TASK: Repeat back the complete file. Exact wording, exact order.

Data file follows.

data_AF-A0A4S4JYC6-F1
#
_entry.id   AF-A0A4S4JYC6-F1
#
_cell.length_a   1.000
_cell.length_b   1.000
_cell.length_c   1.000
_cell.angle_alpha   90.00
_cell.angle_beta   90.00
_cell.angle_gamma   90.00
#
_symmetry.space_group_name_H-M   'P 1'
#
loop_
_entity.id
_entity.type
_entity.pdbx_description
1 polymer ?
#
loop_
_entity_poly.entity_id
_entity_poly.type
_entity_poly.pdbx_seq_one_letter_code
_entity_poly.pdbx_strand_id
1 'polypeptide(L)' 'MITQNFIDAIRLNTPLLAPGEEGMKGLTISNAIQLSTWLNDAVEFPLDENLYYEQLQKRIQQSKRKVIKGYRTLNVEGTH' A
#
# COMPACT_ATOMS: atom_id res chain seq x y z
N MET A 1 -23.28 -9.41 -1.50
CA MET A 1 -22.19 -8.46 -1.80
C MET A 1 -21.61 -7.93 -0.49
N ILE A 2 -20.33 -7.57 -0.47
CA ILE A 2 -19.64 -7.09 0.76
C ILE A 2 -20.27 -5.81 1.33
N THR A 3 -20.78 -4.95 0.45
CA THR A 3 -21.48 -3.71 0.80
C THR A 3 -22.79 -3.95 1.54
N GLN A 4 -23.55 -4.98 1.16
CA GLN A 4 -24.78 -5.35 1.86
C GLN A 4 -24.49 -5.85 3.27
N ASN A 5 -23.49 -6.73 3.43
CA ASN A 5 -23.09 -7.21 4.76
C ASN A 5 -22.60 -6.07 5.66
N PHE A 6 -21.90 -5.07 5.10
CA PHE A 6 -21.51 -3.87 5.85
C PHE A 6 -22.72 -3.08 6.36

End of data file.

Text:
data_AF-A0A4S4JYC6-F1
#
_entry.id   AF-A0A4S4JYC6-F1
#
_cell.length_a   1.000
_cell.length_b   1.000
_cell.length_c   1.000
_cell.angle_alpha   90.00
_cell.angle_beta   90.00
_cell.angle_gamma   90.00
#
_symmetry.space_group_name_H-M   'P 1'
#
loop_
_entity.id
_entity.type
_entity.pdbx_description
1 polymer ?
#
loop_
_entity_poly.entity_id
_entity_poly.type
_entity_poly.pdbx_seq_one_letter_code
_entity_poly.pdbx_strand_id
1 'polypeptide(L)' 'MITQNFIDAIRLNTPLLAPGEEGMKGLTISNAIQLSTWLNDAVEFPLDENLYYEQLQKRIQQSKRKVIKGYRTLNVEGTH' A
#
# COMPACT_ATOMS: atom_id res chain seq x y z
N MET A 1 -23.28 -9.41 -1.50
CA MET A 1 -22.19 -8.46 -1.80
C MET A 1 -21.61 -7.93 -0.49
N ILE A 2 -20.33 -7.57 -0.47
CA ILE A 2 -19.64 -7.09 0.76
C ILE A 2 -20.27 -5.81 1.33
N THR A 3 -20.78 -4.95 0.45
CA THR A 3 -21.48 -3.71 0.80
C THR A 3 -22.79 -3.95 1.54
N GLN A 4 -23.55 -4.98 1.16
CA GLN A 4 -24.78 -5.35 1.86
C GLN A 4 -24.49 -5.85 3.27
N ASN A 5 -23.49 -6.73 3.43
CA ASN A 5 -23.09 -7.21 4.76
C ASN A 5 -22.60 -6.07 5.66
N PHE A 6 -21.90 -5.07 5.10
CA PHE A 6 -21.51 -3.87 5.85
C PHE A 6 -22.72 -3.08 6.36